Savannah Woods filming at the Normandy WWII International Film FestivalWhile filming, the crew covered all of the events the French host to honor American WWII Veterans. They attended memorial services, D-Day ceremonies, the Normandy American Cemetery, Omaha Beach, Juno Beach and Utah Beach. The crew also went to the Normandy WWII International Film Festival— an event they hope their film will be featured at in June 2019.

“The way the French honor the American Veterans is truly jaw-dropping,” Woods said. “The French treat the WWII Veterans like they are celebrities. For generations, the stories of the war are passed down family trees and regularly taught and talked about in school. They are more knowledgeable and thankful for the sacrifice those men made than Americans are today, and that is a shame. Americans, especially young Americans, need to hear and learn about this important historical time and we as a collective whole need to capture as many WWII stories as possible before they are gone.”

The ‘Laying of the Wreaths’ at the Memorial Day Ceremony in the Normandy American CemeteryWoods says after living abroad and working with the crew, she has gained more job experience. Woods, who works and films for Ole Miss Football Video, says she has many new skills she wants to apply to her job and school this year.

“Having the opportunity to work with amazing producers and cinematographers that have been in the film industry for 10+ years is something not many people get the chance at,” Woods said. “I learned so much about the behind the scenes work into making a movie, film distribution and cinematography. I can’t thank any of them enough, this internship was a dream.”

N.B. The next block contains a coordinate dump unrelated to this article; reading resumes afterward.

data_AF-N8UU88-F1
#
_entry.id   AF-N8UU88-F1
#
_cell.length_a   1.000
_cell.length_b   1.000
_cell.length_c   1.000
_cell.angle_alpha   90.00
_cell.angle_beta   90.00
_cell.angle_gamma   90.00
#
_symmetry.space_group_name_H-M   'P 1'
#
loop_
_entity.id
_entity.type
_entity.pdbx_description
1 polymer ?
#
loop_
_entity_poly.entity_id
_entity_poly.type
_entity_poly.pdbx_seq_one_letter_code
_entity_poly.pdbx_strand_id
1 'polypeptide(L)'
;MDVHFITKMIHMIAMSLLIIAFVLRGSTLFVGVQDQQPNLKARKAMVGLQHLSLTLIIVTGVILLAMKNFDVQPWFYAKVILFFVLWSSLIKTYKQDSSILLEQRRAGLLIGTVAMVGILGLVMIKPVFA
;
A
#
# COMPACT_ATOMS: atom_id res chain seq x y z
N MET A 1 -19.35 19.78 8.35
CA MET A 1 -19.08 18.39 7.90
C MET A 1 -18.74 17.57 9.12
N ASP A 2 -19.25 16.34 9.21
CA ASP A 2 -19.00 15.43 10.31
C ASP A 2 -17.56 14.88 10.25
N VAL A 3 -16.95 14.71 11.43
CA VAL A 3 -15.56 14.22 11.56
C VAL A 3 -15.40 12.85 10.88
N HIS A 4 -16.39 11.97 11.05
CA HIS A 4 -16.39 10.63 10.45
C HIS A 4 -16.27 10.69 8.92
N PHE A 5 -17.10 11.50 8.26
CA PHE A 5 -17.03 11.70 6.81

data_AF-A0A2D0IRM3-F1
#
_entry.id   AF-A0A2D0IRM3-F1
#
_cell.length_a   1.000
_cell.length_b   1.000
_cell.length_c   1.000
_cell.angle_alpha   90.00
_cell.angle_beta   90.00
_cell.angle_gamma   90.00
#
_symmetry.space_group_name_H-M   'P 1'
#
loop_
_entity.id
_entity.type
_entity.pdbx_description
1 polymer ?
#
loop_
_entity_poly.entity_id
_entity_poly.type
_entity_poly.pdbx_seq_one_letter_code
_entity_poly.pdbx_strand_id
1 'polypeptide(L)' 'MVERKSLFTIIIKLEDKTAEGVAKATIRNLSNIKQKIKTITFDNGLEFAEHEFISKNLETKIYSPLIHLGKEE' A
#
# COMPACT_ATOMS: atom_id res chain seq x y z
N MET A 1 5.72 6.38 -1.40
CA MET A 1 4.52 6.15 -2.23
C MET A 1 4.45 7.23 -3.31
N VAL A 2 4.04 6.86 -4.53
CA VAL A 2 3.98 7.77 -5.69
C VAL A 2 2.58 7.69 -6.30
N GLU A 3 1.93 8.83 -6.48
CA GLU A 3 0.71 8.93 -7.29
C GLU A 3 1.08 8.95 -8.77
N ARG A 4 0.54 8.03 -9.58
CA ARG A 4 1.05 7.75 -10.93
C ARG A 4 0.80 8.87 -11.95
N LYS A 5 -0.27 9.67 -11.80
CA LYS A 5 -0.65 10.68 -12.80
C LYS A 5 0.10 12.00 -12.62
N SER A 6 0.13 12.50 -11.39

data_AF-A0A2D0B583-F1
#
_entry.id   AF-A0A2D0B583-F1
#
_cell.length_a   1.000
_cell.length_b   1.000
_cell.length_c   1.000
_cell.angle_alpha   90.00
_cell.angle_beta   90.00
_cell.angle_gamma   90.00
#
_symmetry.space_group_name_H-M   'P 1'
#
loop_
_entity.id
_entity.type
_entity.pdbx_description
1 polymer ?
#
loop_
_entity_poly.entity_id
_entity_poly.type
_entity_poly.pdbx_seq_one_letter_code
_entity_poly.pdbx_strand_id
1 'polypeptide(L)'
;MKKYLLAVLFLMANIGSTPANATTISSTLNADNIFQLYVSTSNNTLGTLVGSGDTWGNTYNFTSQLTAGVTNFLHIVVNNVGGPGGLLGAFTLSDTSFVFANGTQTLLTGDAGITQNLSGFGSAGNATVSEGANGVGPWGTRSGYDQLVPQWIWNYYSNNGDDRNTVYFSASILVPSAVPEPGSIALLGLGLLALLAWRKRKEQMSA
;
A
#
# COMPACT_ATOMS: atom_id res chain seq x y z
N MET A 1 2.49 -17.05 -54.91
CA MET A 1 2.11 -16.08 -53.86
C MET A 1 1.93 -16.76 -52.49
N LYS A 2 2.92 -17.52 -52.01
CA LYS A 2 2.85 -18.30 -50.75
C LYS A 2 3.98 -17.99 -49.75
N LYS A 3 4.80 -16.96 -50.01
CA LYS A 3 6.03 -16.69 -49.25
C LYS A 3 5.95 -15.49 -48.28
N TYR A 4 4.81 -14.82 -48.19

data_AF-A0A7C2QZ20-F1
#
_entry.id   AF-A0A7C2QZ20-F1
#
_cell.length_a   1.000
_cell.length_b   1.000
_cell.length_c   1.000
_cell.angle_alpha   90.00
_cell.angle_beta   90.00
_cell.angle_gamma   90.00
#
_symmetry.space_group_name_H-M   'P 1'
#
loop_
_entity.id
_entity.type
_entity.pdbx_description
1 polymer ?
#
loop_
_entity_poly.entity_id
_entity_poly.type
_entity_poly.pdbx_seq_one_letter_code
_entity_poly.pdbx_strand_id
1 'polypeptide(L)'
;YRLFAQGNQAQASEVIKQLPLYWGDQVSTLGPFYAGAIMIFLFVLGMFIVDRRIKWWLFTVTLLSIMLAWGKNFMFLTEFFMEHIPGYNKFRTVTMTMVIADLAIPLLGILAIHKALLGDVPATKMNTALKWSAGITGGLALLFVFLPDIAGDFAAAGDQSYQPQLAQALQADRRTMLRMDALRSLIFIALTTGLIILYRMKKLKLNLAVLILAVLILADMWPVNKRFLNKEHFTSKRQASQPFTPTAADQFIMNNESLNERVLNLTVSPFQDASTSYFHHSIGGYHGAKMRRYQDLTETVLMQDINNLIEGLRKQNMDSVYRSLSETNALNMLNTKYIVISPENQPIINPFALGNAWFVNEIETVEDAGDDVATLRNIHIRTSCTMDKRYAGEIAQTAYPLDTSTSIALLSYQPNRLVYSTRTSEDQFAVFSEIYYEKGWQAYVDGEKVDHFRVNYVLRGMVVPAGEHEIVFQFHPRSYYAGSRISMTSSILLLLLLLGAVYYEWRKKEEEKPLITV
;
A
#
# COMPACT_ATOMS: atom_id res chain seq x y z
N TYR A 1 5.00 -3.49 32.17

Now that the team has returned to the States, the crew is currently working in Chicago in post-production. “The Girl Who Wore Freedom” documentary is set to have it’s first focus group event in Normandy, France June 2019.

This post was authored by:

Savannah Woods

Savannah Woods

Social media for The Girl Who Wore Freedom

Savannah is an Arkansas native, currently residing in Oxford, MS where she studies at The University of Mississippi. She is pursuing degrees in Integrated Marketing Communications and Journalism. She feels passionate about people and the power of storytelling. She credits two family members for playing a pivotal role in her interest in World War II. Her great-grandfather, John West, served in the United States Navy aboard the USS Strong, and her god father, Hugh Shell, served in the battles of Okinawa and Iwo Jima with the United States Marine Corp.

Now streaming on Gumroad and available on DVD!

Maintenant en streaming sur Gumroad et disponible sur DVD !


Watch Now! Voir Maintenant!

See you there ;-)